Antique medieval 14th – early 15th century circa 1300 -1420 A.D. (700 AH – 823 AH) Marinid Sultanate (Morocco) Marinid Dynasty period, Islamic calligraphic Zilig tiles panel, consisting of three tiles made of red earthenware stonepaste (also known as Fritware) coated in black manganese glaze and carved with an elaborate cartouche containing an Arabic calligraphy Naskh script on an uneven chiseled pale background within rectangular margin with inner corners adorned with carved leaves.
It probably originated from one of the palaces of sultans from the Marinid Dynasty in Fez, Morocco.
Epigraphic friezes executed in ceramic tile were integral to the decorative program of interiors in both Morocco and Spain. This type of calligraphic tile band was placed above and below large tiles with geometric motifs known as charafa (reminiscent of crenelations), which provided a transition between ceramic tiles decoration and plaster paneling on the walls.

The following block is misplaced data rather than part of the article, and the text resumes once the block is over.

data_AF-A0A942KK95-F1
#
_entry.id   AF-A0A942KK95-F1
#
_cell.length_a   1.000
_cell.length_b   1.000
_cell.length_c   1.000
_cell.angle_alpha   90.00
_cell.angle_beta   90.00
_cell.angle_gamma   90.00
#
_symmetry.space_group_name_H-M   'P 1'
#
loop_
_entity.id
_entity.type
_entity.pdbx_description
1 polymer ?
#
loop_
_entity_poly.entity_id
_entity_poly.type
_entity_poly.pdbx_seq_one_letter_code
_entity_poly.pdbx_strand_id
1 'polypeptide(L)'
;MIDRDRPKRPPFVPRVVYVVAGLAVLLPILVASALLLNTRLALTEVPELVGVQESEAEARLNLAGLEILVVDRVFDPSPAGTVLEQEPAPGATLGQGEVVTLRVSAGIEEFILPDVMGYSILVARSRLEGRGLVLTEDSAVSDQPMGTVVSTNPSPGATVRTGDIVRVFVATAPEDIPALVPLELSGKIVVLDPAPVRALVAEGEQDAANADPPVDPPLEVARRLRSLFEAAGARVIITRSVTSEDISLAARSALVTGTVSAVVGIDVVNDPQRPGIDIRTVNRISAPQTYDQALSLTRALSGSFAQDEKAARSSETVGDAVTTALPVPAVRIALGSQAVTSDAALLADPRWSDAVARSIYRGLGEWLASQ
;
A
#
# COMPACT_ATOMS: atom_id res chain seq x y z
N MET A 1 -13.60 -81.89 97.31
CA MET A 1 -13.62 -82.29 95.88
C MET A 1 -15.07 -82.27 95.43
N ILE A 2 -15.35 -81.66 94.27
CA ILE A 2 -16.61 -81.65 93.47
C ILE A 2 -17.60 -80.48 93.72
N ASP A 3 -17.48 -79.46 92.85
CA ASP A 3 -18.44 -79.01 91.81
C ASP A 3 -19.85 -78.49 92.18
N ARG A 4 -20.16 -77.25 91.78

These tiles were first entirely coated in black glaze, which was carved away, leaving behind the calligraphy on an uneven chiseled pale background.
SOURCE: Comparable examples of the Marinid tiles, dated to the 14th – early 15th century, are in the collection of the most important world museum, a Metropolitan Museum of Art, New York.
Please see the links below:
With similar tiles is decorated famous Madrasa Bou Inania (also Bu Inaniya, المدرسة أبو عنانية بفاس al-madrasa ʾAbū ʿInānīya bi-Fās) in Fes, Morocco, founded in AD 1351–56 by Abu Inan Faris.
CONDITION: Showing age and usage, chipped consistent with age to be over 600 years old.
The overall length of the panel: 26.5 cm (10.43 inches)
Width of the panel: 10.2 cm (4.02 inches)
Thickness: 12 mm (0.35 inches)